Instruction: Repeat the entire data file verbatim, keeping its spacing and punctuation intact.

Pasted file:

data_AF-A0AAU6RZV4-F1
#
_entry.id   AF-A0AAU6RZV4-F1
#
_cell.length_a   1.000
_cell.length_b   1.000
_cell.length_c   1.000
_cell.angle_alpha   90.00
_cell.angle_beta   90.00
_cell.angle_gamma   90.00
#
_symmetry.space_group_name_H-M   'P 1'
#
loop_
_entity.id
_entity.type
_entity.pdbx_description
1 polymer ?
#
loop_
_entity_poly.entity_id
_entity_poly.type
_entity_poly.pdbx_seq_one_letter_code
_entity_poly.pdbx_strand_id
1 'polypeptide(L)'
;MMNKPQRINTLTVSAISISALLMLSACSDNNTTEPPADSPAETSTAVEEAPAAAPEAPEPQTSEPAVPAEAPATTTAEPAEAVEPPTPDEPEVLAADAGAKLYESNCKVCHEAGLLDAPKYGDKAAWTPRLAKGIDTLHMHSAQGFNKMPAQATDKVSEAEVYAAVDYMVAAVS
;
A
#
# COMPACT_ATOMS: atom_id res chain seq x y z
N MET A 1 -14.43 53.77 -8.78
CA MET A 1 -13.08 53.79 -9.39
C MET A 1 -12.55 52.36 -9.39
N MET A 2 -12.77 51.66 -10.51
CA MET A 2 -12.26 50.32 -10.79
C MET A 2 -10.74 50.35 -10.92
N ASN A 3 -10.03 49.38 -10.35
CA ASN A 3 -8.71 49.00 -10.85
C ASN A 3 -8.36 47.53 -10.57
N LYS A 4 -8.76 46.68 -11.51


data_AF-A0AAU6RZV4-F1
#
_entry.id   AF-A0AAU6RZV4-F1
#
_cell.length_a   1.000
_cell.length_b   1.000
_cell.length_c   1.000
_cell.angle_alpha   90.00
_cell.angle_beta   90.00
_cell.angle_gamma   90.00
#
_symmetry.space_group_name_H-M   'P 1'
#
loop_
_entity.id
_entity.type
_entity.pdbx_description
1 polymer ?
#
loop_
_entity_poly.entity_id
_entity_poly.type
_entity_poly.pdbx_seq_one_letter_code
_entity_poly.pdbx_strand_id
1 'polypeptide(L)'
;MMNKPQRINTLTVSAISISALLMLSACSDNNTTEPPADSPAETSTAVEEAPAAAPEAPEPQTSEPAVPAEAPATTTAEPAEAVEPPTPDEPEVLAADAGAKLYESNCKVCHEAGLLDAPKYGDKAAWTPRLAKGIDTLHMHSAQGFNKMPAQATDKVSEAEVYAAVDYMVAAVS
;
A
#
# COMPACT_ATOMS: atom_id res chain seq x y z
N MET A 1 -14.43 53.77 -8.78
CA MET A 1 -13.08 53.79 -9.39
C MET A 1 -12.55 52.36 -9.39
N MET A 2 -12.77 51.66 -10.51
CA MET A 2 -12.26 50.32 -10.79
C MET A 2 -10.74 50.35 -10.92
N ASN A 3 -10.03 49.38 -10.35
CA ASN A 3 -8.71 49.00 -10.85
C ASN A 3 -8.36 47.53 -10.57
N LYS A 4 -8.76 46.68 -11.51